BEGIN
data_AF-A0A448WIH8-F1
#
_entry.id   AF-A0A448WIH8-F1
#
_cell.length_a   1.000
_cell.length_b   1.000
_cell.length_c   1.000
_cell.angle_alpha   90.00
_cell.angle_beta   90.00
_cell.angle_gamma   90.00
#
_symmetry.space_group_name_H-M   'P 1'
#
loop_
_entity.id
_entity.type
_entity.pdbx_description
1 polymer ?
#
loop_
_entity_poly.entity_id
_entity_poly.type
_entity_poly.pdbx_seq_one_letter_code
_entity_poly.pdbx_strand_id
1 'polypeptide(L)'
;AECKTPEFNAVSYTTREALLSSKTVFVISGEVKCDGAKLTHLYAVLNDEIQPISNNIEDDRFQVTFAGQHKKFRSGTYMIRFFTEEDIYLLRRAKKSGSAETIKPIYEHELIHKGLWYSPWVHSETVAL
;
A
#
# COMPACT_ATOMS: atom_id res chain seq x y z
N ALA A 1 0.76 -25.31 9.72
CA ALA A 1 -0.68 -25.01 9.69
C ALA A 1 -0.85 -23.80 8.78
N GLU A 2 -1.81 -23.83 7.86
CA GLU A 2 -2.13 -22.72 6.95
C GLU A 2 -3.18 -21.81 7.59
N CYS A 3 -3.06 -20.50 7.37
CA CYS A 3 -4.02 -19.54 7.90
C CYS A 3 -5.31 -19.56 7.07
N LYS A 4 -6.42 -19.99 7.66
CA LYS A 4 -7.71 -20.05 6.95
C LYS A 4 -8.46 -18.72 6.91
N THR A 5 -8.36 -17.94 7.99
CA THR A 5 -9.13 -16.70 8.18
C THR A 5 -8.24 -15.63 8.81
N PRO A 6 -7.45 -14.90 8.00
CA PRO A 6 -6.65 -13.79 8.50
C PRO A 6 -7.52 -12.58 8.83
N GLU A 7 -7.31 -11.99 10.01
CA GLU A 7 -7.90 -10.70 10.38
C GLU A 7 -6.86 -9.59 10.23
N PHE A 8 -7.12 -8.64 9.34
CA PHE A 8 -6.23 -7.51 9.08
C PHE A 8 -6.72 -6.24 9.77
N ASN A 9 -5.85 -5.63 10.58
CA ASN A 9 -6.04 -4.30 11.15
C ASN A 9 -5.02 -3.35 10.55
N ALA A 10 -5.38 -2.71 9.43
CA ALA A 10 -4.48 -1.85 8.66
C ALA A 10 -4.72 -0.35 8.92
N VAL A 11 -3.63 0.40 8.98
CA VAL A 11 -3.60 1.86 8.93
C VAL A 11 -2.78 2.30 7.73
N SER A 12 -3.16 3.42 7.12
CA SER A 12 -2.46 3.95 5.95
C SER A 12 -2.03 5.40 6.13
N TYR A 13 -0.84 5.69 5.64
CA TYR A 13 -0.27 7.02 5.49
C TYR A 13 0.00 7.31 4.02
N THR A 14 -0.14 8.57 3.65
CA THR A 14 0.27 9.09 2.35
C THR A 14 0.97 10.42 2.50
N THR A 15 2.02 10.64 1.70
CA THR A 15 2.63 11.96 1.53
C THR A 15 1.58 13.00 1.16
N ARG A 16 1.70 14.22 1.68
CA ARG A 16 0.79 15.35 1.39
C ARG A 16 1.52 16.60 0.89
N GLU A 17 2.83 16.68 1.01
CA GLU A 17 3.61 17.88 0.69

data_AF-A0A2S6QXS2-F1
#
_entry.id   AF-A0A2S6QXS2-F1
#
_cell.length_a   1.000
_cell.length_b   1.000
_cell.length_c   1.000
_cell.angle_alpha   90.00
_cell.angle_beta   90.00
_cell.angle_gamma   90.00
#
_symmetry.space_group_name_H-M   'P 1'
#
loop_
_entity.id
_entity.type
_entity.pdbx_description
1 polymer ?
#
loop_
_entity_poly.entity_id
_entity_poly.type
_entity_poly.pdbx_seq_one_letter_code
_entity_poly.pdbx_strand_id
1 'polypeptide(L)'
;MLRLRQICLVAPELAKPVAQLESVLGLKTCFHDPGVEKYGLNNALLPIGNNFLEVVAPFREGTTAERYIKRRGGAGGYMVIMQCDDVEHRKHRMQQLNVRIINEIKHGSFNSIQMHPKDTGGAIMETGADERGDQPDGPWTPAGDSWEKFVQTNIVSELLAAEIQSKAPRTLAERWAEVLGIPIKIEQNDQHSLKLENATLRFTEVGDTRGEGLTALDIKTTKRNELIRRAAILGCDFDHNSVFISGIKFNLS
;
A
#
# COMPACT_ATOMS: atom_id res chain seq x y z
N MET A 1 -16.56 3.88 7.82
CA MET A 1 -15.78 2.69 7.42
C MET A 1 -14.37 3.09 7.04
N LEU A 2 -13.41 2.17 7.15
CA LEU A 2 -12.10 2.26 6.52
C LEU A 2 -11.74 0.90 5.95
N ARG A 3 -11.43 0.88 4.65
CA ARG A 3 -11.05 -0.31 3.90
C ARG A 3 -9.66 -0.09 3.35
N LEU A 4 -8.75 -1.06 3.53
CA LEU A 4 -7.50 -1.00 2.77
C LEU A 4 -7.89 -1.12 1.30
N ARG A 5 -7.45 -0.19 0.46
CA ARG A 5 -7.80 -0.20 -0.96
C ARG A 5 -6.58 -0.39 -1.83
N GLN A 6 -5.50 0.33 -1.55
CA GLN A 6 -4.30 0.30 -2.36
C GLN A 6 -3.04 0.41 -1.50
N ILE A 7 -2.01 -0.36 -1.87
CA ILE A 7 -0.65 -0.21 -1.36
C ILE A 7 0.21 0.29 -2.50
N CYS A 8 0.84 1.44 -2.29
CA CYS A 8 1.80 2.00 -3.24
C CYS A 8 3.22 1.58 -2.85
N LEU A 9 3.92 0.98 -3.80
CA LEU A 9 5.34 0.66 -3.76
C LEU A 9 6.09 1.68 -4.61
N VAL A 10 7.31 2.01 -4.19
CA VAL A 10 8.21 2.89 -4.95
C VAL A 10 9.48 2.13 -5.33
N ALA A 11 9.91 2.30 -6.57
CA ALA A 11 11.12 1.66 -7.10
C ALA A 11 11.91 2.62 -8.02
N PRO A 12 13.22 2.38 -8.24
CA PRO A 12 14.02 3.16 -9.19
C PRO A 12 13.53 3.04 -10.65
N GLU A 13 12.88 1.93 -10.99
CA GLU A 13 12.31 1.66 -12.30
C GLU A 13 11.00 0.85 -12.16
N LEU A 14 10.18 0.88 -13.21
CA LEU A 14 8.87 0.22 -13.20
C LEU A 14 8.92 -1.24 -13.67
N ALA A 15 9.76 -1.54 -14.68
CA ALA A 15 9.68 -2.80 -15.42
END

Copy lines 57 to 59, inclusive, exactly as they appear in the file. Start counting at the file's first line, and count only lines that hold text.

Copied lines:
C ASN A 9 -5.02 -3.35 10.55
N ALA A 10 -5.38 -2.71 9.43
CA ALA A 10 -4.48 -1.85 8.66